Background: The prognosis of patients with incurable head and neck cancer (HNC) is a relevant topic. The mean survival of these patients is 5 months but may vary from weeks to more than 3 years. Discussing the prognosis early in the disease trajectory enables patients to make well-considered end-of-life choices, and contributes to a better quality of life and death. However, physicians often are reluctant to discuss prognosis, partly because of the concern to be inaccurate. This study investigated the accuracy of physicians’ clinical prediction of survival of palliative HNC patients.
Methods: This study was part of a prospective cohort study in a tertiary cancer center. Patients with incurable HNC diagnosed between 2008 and 2011 (n = 191), and their treating physician were included. Analyses were conducted between July 2018 and February 2019. Patients’ survival was clinically predicted by their physician =3 weeks after disclosure of the palliative diagnosis. The clinical prediction of survival in weeks (CPS) was based on physicians’ clinical assessment of the patient during the outpatient visits. More than 25% difference between the actual survival (AS) and the CPS was regarded as a prediction error. In addition, when the difference between the AS and CPS was 2 weeks or less, this was always considered as correct.
Results: In 59% (n = 112) of cases survival was overestimated. These patients lived shorter than predicted by their physician (median AS 6 weeks, median CPS 20 weeks). In 18% (n = 35) of the cases survival was correctly predicted. The remaining 23% was underestimated (median AS 35 weeks, median CPS 20 weeks). Besides the differences in AS and CPS, no other significant differences were found between the three groups. There was worse accuracy when predicting survival closer to death: out of the 66 patients who survived 6 weeks or shorter, survival was correctly predicted in only eight (12%).
Conclusion: Physicians tend to overestimate the survival of palliative HNC patients. This optimism can result in suboptimal use of palliative and end-of-life care. The future development of a prognostic model that provides more accurate estimates, could help physicians with personalized prognostic counseling.
BACKGROUND: Patients have a 'need to know' (instrumental need) and a 'need to feel known' (affective need). During consultations with patients with limited health literacy (LHL) in the palliative phase of their disease, both the instrumental and the affective communication skills of healthcare providers are important. The study aims to explore instrumental and affective communication between care providers and LHL patients in the palliative phase of COPD or cancer.
METHODS: In 2018, consultations between LHL patients in the palliative phase of cancer or COPD and their healthcare providers were video-recorded in four hospitals in the Netherlands. As there was no observation algorithm available for this setting, several items were created to parameterize healthcare providers' instrumental communication (seven items: understanding, patient priorities, medical status, treatment options, treatment consequences, prognosis, and information about emotional distress) and affective communication (six items: hope, support, reassurance, empathy, appreciation, and emotional coping). The degree of each item was recorded for each consultation, with relevant segments of the observation selected and transcribed to support the items.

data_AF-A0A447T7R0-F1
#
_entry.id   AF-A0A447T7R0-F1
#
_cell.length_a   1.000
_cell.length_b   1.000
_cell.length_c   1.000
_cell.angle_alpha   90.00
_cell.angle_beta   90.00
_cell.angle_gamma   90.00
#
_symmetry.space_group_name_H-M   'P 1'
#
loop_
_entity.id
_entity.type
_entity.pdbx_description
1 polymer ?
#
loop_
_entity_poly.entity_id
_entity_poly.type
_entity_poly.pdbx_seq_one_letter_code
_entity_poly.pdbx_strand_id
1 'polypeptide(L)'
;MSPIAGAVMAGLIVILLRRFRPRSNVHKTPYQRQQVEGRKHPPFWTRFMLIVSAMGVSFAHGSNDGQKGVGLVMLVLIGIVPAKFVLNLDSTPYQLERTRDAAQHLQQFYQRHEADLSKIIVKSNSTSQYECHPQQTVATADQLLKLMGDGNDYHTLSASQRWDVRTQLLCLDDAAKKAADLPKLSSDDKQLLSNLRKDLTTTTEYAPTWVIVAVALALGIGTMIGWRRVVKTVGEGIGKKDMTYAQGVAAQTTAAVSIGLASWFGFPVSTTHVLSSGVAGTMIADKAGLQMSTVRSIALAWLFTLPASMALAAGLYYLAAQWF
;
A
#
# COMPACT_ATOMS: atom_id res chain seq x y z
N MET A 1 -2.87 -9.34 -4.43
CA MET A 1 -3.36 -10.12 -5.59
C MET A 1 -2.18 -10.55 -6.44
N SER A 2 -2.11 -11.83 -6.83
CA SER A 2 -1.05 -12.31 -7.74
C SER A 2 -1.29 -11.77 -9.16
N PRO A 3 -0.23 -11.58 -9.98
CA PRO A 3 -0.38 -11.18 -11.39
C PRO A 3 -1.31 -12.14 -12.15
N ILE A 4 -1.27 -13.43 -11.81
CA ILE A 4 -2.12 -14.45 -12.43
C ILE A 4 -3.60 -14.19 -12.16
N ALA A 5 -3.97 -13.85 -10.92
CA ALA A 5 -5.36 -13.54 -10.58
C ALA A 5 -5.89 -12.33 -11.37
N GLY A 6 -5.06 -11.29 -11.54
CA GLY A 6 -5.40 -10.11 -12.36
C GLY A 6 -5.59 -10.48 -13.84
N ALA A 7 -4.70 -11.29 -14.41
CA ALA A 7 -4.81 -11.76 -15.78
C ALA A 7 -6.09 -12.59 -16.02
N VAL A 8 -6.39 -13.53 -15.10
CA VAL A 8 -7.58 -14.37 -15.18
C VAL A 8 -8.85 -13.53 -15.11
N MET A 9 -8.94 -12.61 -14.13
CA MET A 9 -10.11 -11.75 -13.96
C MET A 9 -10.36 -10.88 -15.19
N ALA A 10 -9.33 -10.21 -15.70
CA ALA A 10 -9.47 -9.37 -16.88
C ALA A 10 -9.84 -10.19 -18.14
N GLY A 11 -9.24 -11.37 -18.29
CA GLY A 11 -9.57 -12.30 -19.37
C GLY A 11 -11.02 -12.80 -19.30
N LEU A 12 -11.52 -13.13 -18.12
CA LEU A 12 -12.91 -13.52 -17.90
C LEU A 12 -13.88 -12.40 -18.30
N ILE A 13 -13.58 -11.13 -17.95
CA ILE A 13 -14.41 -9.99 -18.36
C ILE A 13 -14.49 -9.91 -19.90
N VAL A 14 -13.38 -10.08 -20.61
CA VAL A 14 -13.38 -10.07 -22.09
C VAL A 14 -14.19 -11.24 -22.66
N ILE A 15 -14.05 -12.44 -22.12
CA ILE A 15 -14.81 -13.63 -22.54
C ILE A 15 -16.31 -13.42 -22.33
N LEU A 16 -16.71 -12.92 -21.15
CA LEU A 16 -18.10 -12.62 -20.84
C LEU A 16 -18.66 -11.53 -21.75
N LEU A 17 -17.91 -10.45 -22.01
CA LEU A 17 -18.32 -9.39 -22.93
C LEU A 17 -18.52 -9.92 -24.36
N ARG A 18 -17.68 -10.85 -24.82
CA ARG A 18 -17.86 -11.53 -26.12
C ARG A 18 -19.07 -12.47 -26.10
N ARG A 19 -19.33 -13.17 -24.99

RESULTS: Consultations between 17 care providers and 39 patients were video-recorded and analyzed. Care providers primarily used instrumental communication, most often by giving information about treatment options and assessing patients' care priorities. Care providers assessed patients' understanding of their disease less often. The patients' prognosis was not mentioned in half the consultations. Within the affective domain, the care providers did provide support for their patients; providing hope, reassurance, empathy, and appreciation and discussing emotional coping were observed less often.
CONCLUSIONS: Care providers used mostly instrumental communication, especially treatment information, in consultations with LHL patients in the palliative phase of cancer or COPD. Most care providers did not check if the patient understood the information, which is rather crucial, especially given patients' limited level of health literacy. Healthcare providers did provide support for patients, but other expressions of affective communication by care providers were less common. To adapt the communication to LHL patients in palliative care, care providers could be less wordy and reduce the amount of information, use 'teach-back' techniques and pay more attention to affective communication.